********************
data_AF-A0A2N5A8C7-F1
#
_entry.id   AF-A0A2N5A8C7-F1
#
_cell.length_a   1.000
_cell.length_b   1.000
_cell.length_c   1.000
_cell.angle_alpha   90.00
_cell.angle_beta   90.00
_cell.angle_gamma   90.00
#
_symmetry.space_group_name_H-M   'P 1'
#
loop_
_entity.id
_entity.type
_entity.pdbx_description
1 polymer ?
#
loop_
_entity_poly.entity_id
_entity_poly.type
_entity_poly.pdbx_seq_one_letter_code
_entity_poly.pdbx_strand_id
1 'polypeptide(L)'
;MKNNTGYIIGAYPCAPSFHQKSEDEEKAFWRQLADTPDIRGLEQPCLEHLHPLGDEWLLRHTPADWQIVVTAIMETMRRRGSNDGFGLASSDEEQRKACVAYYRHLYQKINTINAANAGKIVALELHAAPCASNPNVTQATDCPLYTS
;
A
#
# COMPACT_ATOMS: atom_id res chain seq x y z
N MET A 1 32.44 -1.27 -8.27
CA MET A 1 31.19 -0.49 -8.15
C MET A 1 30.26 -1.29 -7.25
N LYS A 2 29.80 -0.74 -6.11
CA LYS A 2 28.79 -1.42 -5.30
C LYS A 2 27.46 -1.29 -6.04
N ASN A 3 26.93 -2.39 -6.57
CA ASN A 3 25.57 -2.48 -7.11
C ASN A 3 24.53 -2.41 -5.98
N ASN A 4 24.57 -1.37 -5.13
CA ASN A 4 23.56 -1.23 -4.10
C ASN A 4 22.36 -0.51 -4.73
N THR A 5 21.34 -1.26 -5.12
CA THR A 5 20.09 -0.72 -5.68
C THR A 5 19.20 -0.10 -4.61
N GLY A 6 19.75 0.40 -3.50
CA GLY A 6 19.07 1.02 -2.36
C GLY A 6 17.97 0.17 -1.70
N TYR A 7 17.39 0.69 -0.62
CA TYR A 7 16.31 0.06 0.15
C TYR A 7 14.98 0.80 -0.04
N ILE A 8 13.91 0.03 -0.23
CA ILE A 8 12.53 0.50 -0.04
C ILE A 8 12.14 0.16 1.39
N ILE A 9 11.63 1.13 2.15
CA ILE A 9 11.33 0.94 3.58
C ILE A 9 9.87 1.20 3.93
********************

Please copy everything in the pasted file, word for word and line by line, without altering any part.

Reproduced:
data_AF-A0A2N5A8C7-F1
#
_entry.id   AF-A0A2N5A8C7-F1
#
_cell.length_a   1.000
_cell.length_b   1.000
_cell.length_c   1.000
_cell.angle_alpha   90.00
_cell.angle_beta   90.00
_cell.angle_gamma   90.00
#
_symmetry.space_group_name_H-M   'P 1'
#
loop_
_entity.id
_entity.type
_entity.pdbx_description
1 polymer ?
#
loop_
_entity_poly.entity_id
_entity_poly.type
_entity_poly.pdbx_seq_one_letter_code
_entity_poly.pdbx_strand_id
1 'polypeptide(L)'
;MKNNTGYIIGAYPCAPSFHQKSEDEEKAFWRQLADTPDIRGLEQPCLEHLHPLGDEWLLRHTPADWQIVVTAIMETMRRRGSNDGFGLASSDEEQRKACVAYYRHLYQKINTINAANAGKIVALELHAAPCASNPNVTQATDCPLYTS
;
A
#
# COMPACT_ATOMS: atom_id res chain seq x y z
N MET A 1 32.44 -1.27 -8.27
CA MET A 1 31.19 -0.49 -8.15
C MET A 1 30.26 -1.29 -7.25
N LYS A 2 29.80 -0.74 -6.11
CA LYS A 2 28.79 -1.42 -5.30
C LYS A 2 27.46 -1.29 -6.04
N ASN A 3 26.93 -2.39 -6.57
CA ASN A 3 25.57 -2.48 -7.11
C ASN A 3 24.53 -2.41 -5.98
N ASN A 4 24.57 -1.37 -5.13
CA ASN A 4 23.56 -1.23 -4.10
C ASN A 4 22.36 -0.51 -4.73
N THR A 5 21.34 -1.26 -5.12
CA THR A 5 20.09 -0.72 -5.68
C THR A 5 19.20 -0.10 -4.61
N GLY A 6 19.75 0.40 -3.50
CA GLY A 6 19.07 1.02 -2.36
C GLY A 6 17.97 0.17 -1.70
N TYR A 7 17.39 0.69 -0.62
CA TYR A 7 16.31 0.06 0.15
C TYR A 7 14.98 0.80 -0.04
N ILE A 8 13.91 0.03 -0.23
CA ILE A 8 12.53 0.50 -0.04
C ILE A 8 12.14 0.16 1.39
N ILE A 9 11.63 1.13 2.15
CA ILE A 9 11.33 0.94 3.58
C ILE A 9 9.87 1.20 3.93